A functor from scratch that works with std bind2nd


For a functor to work with bind2nd, it usually derives from binary_function.
However, making one from scratch is not much work as illustrated in the following.

struct FunctorAdd //takes two parameters, operator() returns the sum of the two.
{
int operator()(const int & i, const int & j) const 
{ return i+j; 
}
typedef int result_type;
typedef int first_argument_type;
typedef int second_argument_type;
};
void Test_bind2nd()
{
int a[] = {0, 2, 3 };
int c = count_if ( a, a + 3, bind2nd(FunctorAdd(), 0) ); //bind2nd is a system adapter in std
//count the ones that are not 0
_ASSERT(c == 2); //this proves FunctorAdd works well with bind2nd
}

A minimum implementation of std bind2nd from scratch


This home-made Bind2nd, which simulates std::bind2nd, is described as following:
1. make a regular two-parameter functor and add some typedefS, which will be used by the adapter.
2. make a one-parameter functor based one the typedefS.
3. make the adapter, which returns a one-parameter functor.

struct FunctorAdd //takes two parameters, operator() returns the sum of the two.
{
	int operator()(const int & i, const int & j) const 
	{       return i+j;      
	}
	typedef int result_type; //these typedef are for adapter Bind2nd
	typedef int first_argument_type;
	typedef int second_argument_type;
};
template<typename T>
struct FunctorWithOneParameter //this is what Bind2nd transforms FunctorAdd to
{
	T mt;
	typename T::second_argument_type mr; //'typename' cannot be prelaced by 'class'
	FunctorWithOneParameter(const T& t, typename T::second_argument_type r): mt(t), mr(r) { }
	typename T::result_type operator()(typename const T::first_argument_type& l) { return mt(l, mr); }
};
template<typename T>
FunctorWithOneParameter<T> Bind2nd(const T& t, typename T::second_argument_type r) //Bind2nd is the home-made adapter
{
	return FunctorWithOneParameter<T>(t, r);
}

void TestAdapter()
{	int iBind = Bind2nd(FunctorAdd(), 3)(1); //bind by home-made Bind2nd
	_ASSERT(iBind == 4);
	int a[] = {0, 2, 3 };
	int c = count_if ( a, a + 3, Bind2nd(FunctorAdd(), 0) );//count the ones that are not 0
	_ASSERT(c == 2); //this proves Bind2nd is a successful adapter for FunctorAdd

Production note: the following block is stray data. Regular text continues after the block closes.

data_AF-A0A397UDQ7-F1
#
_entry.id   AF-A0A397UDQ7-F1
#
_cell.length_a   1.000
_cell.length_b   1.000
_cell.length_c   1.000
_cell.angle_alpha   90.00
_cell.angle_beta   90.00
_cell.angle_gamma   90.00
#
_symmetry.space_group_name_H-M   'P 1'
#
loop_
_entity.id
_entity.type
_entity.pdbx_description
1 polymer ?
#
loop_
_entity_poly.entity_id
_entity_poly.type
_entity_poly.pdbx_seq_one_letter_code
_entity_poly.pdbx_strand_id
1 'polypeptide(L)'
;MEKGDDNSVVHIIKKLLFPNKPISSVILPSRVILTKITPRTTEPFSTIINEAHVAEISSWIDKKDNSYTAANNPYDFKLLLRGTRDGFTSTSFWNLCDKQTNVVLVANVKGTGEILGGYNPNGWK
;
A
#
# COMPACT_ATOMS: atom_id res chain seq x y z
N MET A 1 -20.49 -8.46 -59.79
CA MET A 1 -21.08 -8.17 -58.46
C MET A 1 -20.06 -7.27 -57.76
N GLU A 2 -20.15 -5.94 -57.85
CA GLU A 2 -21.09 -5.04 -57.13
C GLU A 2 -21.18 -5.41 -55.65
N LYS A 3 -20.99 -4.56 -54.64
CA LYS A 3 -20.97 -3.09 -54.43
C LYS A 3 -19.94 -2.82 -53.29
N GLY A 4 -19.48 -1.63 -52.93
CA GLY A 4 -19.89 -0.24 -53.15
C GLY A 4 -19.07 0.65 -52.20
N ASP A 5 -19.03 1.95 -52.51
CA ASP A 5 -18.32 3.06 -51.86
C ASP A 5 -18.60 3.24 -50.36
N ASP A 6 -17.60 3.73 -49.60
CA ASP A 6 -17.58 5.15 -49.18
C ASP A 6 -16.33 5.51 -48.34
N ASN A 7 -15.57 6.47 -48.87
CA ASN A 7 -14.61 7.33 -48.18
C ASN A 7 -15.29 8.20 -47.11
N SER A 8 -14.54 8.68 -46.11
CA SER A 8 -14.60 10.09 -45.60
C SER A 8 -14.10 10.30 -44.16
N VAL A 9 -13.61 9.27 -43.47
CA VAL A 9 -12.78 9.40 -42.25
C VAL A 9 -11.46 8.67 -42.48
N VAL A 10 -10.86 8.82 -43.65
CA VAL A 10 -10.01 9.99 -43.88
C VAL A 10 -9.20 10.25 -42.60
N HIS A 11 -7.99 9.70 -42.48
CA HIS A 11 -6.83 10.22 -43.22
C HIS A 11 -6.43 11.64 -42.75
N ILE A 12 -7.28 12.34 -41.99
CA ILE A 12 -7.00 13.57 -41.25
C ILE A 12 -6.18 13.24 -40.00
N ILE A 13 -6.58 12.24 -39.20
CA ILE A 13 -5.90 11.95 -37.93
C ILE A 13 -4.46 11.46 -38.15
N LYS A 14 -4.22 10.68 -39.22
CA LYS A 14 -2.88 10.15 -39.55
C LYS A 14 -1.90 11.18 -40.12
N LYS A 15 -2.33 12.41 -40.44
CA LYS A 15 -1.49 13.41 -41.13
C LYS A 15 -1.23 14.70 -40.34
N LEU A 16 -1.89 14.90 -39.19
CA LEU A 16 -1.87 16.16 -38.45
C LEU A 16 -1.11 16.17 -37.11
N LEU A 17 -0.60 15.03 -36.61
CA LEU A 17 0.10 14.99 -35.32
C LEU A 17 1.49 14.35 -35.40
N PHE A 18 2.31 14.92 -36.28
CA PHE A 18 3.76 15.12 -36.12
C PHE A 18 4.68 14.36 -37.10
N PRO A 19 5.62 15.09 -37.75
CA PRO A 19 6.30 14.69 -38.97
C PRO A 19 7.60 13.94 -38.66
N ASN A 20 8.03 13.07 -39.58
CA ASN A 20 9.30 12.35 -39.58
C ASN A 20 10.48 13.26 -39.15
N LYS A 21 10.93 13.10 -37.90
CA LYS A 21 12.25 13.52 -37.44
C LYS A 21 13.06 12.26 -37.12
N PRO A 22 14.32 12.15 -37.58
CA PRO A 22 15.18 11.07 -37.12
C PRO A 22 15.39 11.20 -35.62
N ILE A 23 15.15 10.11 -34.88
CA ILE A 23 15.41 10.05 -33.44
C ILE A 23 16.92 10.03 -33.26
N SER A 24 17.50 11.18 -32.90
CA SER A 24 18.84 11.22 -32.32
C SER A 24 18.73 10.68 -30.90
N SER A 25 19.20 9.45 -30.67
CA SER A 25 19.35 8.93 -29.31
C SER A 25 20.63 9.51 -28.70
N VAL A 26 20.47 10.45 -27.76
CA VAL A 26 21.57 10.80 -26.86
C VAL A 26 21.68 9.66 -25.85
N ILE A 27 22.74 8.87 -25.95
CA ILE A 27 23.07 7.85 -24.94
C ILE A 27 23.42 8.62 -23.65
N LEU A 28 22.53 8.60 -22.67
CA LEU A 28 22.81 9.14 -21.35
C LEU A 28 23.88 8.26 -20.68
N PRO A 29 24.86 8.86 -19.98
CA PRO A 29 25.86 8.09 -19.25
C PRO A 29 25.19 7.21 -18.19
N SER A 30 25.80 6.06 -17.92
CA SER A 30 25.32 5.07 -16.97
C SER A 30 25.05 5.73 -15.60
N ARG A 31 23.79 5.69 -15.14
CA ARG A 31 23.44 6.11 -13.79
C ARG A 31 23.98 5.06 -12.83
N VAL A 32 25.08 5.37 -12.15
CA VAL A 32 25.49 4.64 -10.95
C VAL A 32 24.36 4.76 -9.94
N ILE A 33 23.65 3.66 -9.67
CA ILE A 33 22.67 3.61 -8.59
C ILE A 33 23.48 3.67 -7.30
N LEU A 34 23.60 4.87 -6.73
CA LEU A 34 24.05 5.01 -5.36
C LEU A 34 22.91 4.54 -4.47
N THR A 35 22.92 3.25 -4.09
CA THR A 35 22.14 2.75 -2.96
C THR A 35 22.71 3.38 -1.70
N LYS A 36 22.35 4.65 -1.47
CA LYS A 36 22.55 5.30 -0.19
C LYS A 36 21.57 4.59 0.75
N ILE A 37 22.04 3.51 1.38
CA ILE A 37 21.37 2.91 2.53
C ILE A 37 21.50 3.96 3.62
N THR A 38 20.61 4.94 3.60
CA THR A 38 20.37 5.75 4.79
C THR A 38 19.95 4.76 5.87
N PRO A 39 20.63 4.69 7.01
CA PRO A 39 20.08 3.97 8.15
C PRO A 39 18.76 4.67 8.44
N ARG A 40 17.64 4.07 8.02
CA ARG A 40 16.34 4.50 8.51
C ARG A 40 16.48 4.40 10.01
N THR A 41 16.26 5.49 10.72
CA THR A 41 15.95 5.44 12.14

}

Find out the length of array


void TestLengthArray()
{
	enum {E_ARRAY_LEN = 2};
	int *a = new int[E_ARRAY_LEN];
	size_t iSize = _msize(a) / sizeof a[0];
	_ASSERT(iSize == E_ARRAY_LEN); //here we got the length of the array
}

MSDN didn’t mention if _msize can be used for ‘new’; it just seems working.
This is not supported by the standard, but good to know it’s possible at runtime.

Why EXACTLY does the compiler need help from dllimport?


extern "C" __declspec(dllimport) void __stdcall func(); //func() is in a DLL file and called by an executable

Many articles say that dllimport makes more efficient code by bypassing a jump.
But why is there a jump at the first place?
Short answer: because there is not enough room for the linker to fill in with a function pointer.

Long answer:
the compiler doesn’t know whether func() is from dll or not, and it assumes it’s not(to save space and time). The compiler leaves a slot at the spot where func() is called for the linker to fill in with func()’s address. If it’s a non-dll function, no problem. If it IS a dll function, the linker doesn’t know the function’s address; it only knows the pointer pointing to this address(IAT entry). Here is the linker’s solution: using a stub.
The linker fills the slot with the address of the stub. The stub’s code has JMP to jump to where the function pointer points to(in IAT).
This explains why stub(jump) is needed. Of course if the compiler knows it’s a dll function, it doesn’t need the stub, because the compiler can simply leave the slot big enough for the linker to fill it with the function pointer(and ‘DWORD PTR’, but ignore it to keep it simple).